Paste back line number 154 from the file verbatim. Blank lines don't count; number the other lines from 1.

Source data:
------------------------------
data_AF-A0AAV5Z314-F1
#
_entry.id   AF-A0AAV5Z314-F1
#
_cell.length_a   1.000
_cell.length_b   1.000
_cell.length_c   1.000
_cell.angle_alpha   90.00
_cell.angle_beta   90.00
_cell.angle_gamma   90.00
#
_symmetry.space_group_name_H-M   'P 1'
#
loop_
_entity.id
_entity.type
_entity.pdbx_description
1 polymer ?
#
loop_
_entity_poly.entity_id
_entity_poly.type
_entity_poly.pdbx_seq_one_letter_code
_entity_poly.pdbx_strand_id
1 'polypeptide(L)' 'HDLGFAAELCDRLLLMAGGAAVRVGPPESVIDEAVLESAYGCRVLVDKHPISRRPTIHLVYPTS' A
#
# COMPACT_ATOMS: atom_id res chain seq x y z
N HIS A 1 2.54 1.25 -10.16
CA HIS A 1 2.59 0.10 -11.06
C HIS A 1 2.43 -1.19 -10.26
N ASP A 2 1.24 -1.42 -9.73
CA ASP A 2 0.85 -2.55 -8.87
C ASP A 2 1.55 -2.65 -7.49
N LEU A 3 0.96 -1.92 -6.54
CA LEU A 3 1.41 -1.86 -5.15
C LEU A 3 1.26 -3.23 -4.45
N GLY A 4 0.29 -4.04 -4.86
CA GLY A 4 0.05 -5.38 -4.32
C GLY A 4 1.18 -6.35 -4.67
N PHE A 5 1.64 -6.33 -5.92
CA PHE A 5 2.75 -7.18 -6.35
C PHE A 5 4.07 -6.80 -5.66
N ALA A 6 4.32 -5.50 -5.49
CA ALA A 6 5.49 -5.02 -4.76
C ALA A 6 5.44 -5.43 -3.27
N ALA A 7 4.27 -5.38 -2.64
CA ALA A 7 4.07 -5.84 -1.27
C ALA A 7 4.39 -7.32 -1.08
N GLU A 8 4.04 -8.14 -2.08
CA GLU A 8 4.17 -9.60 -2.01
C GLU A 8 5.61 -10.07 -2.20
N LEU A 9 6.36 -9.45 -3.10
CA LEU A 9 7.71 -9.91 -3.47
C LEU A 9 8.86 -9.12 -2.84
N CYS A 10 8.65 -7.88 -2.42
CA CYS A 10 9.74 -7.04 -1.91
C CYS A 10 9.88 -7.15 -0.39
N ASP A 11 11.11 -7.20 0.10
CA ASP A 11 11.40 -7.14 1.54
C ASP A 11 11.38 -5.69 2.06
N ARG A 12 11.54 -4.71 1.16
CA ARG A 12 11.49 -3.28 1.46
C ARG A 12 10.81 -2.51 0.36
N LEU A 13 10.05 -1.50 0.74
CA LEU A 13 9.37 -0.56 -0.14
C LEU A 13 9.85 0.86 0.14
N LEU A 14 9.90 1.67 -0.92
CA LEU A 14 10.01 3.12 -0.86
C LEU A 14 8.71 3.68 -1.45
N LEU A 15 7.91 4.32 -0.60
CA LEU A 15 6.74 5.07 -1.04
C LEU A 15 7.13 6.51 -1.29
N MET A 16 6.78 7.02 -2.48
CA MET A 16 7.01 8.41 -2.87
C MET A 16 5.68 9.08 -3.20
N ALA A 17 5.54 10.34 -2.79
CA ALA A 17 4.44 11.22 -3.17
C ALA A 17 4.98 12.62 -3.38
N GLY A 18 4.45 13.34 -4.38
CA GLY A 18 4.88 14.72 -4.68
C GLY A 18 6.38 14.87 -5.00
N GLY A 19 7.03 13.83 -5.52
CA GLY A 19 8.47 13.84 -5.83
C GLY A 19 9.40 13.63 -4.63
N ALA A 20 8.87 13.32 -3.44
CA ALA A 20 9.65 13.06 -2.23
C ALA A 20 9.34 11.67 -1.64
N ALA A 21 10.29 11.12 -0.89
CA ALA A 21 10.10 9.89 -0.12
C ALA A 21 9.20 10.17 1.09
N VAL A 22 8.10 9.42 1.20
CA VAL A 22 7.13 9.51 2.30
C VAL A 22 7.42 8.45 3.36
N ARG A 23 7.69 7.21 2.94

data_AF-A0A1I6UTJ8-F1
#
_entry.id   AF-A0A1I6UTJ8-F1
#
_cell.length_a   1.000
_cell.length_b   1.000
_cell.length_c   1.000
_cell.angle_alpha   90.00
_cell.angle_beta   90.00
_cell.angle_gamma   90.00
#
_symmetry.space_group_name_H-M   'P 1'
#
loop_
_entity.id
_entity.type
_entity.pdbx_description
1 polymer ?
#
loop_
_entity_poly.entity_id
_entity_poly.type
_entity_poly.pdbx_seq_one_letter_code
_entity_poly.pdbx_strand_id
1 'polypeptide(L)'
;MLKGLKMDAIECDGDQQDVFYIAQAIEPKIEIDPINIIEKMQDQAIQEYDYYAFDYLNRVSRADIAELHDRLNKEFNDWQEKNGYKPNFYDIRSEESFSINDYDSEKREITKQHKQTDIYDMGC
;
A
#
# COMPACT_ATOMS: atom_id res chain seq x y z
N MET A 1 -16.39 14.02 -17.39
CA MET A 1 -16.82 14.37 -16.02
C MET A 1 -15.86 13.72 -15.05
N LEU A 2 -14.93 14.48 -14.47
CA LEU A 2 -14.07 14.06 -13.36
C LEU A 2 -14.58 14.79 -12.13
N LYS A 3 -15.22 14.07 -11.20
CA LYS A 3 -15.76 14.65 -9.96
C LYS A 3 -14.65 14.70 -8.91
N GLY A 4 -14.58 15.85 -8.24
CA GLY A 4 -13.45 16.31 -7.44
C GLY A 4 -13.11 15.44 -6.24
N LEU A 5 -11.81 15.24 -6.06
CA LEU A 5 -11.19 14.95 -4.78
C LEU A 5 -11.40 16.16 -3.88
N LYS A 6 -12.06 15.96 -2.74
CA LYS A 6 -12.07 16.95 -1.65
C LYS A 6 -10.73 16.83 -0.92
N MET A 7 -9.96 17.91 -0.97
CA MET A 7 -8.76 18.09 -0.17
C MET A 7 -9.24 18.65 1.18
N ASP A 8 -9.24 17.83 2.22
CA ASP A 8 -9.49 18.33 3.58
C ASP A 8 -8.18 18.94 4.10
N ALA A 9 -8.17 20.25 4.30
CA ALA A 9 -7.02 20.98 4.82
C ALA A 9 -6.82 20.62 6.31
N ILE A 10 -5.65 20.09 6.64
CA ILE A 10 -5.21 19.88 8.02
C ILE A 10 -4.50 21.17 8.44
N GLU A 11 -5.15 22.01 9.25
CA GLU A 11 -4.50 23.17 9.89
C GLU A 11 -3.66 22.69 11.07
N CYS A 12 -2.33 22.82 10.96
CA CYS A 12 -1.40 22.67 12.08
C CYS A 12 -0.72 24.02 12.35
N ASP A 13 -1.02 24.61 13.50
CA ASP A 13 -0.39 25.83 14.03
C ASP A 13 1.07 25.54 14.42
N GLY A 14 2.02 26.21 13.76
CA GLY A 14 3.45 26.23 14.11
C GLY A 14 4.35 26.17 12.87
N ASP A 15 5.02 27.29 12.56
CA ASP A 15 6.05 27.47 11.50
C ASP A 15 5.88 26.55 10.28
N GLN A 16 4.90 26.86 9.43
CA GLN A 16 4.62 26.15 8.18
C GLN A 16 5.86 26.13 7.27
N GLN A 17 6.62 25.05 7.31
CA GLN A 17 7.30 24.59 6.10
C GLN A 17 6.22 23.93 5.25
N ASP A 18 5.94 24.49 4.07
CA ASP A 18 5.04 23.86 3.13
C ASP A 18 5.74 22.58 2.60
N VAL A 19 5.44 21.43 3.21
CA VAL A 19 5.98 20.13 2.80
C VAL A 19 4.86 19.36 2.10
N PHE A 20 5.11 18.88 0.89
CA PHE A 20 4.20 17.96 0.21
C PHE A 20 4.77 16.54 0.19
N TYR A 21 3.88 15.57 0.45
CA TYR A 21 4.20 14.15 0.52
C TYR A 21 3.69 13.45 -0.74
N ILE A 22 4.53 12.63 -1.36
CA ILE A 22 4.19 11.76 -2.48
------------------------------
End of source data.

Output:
C ILE A 10 -4.50 21.17 8.44